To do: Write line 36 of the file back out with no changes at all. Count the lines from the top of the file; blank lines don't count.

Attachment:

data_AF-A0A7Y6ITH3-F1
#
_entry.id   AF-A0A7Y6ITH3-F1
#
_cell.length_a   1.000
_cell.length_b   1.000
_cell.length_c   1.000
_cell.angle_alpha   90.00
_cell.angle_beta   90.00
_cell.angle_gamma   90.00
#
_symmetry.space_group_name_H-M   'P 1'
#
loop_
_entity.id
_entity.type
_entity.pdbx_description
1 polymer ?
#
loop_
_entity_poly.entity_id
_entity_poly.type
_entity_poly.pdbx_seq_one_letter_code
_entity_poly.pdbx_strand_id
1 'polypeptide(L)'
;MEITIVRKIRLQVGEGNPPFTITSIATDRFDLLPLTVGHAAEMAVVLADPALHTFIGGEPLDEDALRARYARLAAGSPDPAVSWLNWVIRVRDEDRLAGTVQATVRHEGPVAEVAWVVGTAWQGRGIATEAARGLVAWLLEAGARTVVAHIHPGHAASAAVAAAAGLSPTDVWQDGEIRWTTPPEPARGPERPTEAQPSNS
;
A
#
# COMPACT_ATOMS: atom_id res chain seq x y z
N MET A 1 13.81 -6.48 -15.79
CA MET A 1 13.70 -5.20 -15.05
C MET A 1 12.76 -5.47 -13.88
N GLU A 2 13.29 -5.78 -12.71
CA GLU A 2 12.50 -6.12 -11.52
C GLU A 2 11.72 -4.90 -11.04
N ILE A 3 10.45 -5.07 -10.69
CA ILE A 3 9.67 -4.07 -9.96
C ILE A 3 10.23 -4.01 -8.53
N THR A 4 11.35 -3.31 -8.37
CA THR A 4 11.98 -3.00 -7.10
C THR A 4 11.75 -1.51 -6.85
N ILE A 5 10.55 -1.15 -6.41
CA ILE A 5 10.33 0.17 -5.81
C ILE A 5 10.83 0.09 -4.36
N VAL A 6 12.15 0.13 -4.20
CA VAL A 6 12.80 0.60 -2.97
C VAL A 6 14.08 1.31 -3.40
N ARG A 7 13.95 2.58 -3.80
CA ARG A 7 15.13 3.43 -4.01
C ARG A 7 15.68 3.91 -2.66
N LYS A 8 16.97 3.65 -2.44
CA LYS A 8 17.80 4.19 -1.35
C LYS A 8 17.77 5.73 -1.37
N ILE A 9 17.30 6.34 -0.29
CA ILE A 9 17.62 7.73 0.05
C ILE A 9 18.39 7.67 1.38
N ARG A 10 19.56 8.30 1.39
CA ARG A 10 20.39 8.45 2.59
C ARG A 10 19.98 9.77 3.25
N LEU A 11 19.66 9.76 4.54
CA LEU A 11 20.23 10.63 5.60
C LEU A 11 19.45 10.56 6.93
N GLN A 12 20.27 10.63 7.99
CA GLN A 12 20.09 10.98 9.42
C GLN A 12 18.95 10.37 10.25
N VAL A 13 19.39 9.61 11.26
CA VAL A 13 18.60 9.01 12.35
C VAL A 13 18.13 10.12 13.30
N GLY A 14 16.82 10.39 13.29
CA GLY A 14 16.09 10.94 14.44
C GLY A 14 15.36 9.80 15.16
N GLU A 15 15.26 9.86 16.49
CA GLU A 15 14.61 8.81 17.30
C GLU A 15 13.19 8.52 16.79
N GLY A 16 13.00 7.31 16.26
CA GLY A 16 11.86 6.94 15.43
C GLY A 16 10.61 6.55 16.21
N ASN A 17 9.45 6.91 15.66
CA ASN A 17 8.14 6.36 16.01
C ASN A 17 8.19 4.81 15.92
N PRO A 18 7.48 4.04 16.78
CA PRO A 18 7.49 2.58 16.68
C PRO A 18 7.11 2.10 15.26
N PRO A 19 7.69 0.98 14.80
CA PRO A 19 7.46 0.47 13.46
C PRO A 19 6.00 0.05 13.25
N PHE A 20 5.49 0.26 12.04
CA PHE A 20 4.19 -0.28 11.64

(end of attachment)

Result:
C GLU A 2 11.72 -4.90 -11.04